Using data captured by NASA's Lunar Reconnaissance Orbiter, scientists have created a stunning video showing a full rotation of the moon recorded over a lunar month.
The rotating view of the moon was compiled from 110,000 images sent back to Earth from a camera on board NASA's Lunar Reconnaissance Orbiter. The LRO has been orbiting the moon collecting topographical data since 2009.
The 360 degree view created by the NASA team, with help from researchers at Arizona State University, cannot be seen from Earth, because the moon is tidally locked to the Earth. Only one side is revealed when exposed to the Sun. While the moon does rotate, it takes one lunar month to complete a cycle, the equivalent of one complete lunar day.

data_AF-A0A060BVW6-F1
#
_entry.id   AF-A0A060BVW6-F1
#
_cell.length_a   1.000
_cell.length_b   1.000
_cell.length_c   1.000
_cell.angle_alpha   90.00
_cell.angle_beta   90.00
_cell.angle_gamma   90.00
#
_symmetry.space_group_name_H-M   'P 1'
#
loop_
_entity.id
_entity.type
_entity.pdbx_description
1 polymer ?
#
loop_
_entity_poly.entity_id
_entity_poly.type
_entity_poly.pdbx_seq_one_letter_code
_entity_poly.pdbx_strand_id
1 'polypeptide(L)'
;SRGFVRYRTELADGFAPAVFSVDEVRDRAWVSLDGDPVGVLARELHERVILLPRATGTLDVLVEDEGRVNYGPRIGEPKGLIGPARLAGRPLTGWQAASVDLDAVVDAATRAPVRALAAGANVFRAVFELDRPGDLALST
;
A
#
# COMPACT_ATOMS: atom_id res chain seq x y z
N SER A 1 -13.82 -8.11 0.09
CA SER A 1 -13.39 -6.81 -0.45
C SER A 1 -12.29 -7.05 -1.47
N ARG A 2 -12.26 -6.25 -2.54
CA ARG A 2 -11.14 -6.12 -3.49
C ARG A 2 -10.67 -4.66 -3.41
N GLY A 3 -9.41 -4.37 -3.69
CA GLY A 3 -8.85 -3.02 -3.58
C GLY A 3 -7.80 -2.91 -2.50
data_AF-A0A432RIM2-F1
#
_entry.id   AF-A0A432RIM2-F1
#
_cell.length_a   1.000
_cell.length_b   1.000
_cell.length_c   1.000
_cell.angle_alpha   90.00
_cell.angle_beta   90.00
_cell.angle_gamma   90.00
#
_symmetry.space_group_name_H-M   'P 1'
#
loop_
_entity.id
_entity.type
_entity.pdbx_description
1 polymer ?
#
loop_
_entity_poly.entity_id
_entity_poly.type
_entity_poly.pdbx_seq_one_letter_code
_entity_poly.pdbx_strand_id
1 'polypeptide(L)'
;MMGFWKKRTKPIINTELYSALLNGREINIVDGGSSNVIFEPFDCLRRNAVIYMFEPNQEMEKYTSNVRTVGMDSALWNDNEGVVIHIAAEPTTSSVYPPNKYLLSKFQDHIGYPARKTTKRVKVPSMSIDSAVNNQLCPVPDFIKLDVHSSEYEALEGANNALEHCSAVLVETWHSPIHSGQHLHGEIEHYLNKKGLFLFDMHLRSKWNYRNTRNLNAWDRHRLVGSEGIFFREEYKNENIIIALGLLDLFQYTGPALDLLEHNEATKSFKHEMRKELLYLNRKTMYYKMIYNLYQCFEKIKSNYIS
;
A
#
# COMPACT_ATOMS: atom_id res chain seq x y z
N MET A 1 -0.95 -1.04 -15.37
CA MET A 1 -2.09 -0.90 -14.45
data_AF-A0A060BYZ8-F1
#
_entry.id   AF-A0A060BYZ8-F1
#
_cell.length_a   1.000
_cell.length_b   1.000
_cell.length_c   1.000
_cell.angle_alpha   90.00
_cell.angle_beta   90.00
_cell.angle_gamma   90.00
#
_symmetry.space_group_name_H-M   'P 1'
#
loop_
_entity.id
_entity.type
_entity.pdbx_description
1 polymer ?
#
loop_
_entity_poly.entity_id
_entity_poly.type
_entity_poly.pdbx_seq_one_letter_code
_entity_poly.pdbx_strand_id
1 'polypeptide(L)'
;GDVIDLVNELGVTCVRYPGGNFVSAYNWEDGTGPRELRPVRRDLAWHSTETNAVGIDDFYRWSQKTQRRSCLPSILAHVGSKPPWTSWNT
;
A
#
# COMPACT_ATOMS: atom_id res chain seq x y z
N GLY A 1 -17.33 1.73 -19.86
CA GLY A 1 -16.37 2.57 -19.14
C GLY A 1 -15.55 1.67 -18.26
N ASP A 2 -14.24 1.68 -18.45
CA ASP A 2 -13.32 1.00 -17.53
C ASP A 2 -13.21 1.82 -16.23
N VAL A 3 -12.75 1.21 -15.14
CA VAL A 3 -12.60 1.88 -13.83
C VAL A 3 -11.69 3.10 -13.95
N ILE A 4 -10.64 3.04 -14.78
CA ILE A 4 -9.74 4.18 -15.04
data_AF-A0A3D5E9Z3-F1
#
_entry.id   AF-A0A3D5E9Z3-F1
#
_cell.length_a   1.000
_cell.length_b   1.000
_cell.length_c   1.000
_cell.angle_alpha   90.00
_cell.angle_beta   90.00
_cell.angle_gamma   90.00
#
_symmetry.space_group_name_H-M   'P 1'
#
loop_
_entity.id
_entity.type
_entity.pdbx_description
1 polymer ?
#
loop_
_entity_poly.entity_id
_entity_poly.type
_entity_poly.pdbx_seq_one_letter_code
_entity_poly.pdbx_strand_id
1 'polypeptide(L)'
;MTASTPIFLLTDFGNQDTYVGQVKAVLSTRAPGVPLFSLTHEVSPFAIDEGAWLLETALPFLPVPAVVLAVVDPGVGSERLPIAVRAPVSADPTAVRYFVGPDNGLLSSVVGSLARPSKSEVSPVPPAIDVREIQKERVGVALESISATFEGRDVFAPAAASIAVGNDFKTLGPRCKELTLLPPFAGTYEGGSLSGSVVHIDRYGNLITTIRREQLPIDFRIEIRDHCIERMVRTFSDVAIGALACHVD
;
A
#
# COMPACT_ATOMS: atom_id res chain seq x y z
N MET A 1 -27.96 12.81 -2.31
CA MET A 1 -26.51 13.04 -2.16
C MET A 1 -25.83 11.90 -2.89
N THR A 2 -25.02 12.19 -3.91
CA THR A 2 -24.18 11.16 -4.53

The movie mosaic is comprised of images taken with the sun illuminating each rotating section.
The scientists had to take into account changes in perspective and shading as the view angle changed, so they devised an equation that describes how changes in Sun angle and view angle result in reflectance changes. They were then able to compute the solar and viewpoint angles to adjust levels of light and dark across its entire surface, adding natural shading in the process.
The movie mosaic begins with the view that can be seen from Earth, then rotates to the right to reveal Mare Oriental, a massive crater believed to have been caused by an asteroid-like object, the impact of which created circular ripples at the crater's edge.
The so-called "dark" side of the moon, notable for its relatively featureless surface, then rotates into view.